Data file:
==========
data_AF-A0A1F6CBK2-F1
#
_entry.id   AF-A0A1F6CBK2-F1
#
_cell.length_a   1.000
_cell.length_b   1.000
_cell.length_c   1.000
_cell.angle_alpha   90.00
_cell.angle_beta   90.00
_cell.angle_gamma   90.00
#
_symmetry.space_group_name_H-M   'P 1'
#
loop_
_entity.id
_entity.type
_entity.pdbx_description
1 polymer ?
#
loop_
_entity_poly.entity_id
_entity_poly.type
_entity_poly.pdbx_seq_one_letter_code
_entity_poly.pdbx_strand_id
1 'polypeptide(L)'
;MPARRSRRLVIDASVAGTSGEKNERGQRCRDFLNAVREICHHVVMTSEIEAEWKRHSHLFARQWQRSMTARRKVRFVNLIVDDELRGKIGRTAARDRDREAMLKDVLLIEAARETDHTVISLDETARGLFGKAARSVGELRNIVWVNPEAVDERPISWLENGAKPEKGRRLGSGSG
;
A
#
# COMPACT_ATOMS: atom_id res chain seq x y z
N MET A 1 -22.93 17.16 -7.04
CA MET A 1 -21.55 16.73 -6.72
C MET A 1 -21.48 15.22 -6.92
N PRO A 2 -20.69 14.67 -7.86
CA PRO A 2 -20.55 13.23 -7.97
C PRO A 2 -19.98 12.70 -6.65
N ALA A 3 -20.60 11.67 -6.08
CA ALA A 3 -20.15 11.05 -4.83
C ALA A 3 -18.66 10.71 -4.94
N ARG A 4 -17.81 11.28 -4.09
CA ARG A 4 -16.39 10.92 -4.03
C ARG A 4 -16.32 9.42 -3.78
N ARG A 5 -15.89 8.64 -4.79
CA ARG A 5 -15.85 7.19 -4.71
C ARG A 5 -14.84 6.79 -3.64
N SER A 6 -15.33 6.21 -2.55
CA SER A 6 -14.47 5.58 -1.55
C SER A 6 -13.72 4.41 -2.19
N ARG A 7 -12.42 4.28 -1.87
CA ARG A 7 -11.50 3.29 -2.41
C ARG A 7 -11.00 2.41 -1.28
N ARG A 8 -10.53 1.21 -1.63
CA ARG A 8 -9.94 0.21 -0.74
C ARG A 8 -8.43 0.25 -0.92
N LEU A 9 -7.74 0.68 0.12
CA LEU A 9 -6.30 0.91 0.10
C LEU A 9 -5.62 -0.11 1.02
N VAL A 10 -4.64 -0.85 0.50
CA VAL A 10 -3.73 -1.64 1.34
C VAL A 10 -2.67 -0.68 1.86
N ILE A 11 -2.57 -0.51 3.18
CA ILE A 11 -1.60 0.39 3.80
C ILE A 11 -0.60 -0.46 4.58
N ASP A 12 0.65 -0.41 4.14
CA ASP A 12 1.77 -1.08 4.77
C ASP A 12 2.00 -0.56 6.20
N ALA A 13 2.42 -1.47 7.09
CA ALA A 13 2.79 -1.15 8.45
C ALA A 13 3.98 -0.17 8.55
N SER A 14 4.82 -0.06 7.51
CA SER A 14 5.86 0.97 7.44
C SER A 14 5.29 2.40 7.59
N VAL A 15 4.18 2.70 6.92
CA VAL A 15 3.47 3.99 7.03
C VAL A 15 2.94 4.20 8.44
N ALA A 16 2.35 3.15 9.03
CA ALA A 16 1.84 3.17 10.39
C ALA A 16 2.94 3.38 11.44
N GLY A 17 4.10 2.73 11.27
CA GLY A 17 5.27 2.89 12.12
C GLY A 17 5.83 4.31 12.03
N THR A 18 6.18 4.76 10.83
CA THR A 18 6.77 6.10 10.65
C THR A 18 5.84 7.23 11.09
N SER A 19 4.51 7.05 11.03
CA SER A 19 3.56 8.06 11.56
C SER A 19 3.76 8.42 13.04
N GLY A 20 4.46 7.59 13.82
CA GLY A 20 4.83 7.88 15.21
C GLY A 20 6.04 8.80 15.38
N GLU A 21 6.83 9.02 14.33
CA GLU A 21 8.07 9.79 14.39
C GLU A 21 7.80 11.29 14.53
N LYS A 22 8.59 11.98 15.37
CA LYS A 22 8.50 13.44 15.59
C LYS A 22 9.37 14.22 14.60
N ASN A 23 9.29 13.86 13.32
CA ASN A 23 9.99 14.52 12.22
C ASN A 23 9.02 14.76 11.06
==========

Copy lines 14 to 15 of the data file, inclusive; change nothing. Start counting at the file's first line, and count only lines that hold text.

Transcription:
loop_
_entity.id